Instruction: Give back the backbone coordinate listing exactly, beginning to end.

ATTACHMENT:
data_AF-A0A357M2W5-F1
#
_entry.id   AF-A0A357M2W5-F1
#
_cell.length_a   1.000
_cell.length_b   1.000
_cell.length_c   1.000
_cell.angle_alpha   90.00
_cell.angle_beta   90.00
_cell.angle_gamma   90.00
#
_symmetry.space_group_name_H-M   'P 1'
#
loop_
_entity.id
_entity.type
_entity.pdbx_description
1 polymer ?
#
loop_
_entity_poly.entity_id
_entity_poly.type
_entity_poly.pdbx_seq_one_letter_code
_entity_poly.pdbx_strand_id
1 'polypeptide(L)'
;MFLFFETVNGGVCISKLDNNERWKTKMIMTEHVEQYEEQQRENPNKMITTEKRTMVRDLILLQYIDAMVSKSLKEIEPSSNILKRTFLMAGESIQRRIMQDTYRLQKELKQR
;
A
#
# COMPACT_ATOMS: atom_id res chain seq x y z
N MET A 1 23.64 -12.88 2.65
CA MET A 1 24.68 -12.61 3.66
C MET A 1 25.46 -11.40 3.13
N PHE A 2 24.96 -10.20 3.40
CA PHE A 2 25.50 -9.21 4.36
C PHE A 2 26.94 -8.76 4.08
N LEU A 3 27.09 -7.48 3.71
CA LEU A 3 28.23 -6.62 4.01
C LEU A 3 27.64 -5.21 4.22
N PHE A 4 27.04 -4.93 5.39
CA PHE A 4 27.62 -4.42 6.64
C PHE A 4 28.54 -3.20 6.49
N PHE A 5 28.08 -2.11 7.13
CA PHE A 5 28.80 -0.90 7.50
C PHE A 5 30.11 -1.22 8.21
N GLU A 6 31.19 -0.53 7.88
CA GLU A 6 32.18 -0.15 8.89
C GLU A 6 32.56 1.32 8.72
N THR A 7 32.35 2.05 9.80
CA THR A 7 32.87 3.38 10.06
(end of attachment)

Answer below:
data_AF-A0A357M2W5-F1
#
_entry.id   AF-A0A357M2W5-F1
#
_cell.length_a   1.000
_cell.length_b   1.000
_cell.length_c   1.000
_cell.angle_alpha   90.00
_cell.angle_beta   90.00
_cell.angle_gamma   90.00
#
_symmetry.space_group_name_H-M   'P 1'
#
loop_
_entity.id
_entity.type
_entity.pdbx_description
1 polymer ?
#
loop_
_entity_poly.entity_id
_entity_poly.type
_entity_poly.pdbx_seq_one_letter_code
_entity_poly.pdbx_strand_id
1 'polypeptide(L)'
;MFLFFETVNGGVCISKLDNNERWKTKMIMTEHVEQYEEQQRENPNKMITTEKRTMVRDLILLQYIDAMVSKSLKEIEPSSNILKRTFLMAGESIQRRIMQDTYRLQKELKQR
;
A
#
# COMPACT_ATOMS: atom_id res chain seq x y z
N MET A 1 23.64 -12.88 2.65
CA MET A 1 24.68 -12.61 3.66
C MET A 1 25.46 -11.40 3.13
N PHE A 2 24.96 -10.20 3.40
CA PHE A 2 25.50 -9.21 4.36
C PHE A 2 26.94 -8.76 4.08
N LEU A 3 27.09 -7.48 3.71
CA LEU A 3 28.23 -6.62 4.01
C LEU A 3 27.64 -5.21 4.22
N PHE A 4 27.04 -4.93 5.39
CA PHE A 4 27.62 -4.42 6.64
C PHE A 4 28.54 -3.20 6.49
N PHE A 5 28.08 -2.11 7.13
CA PHE A 5 28.80 -0.90 7.50
C PHE A 5 30.11 -1.22 8.21
N GLU A 6 31.19 -0.53 7.88
CA GLU A 6 32.18 -0.15 8.89
C GLU A 6 32.56 1.32 8.72
N THR A 7 32.35 2.05 9.80
CA THR A 7 32.87 3.38 10.06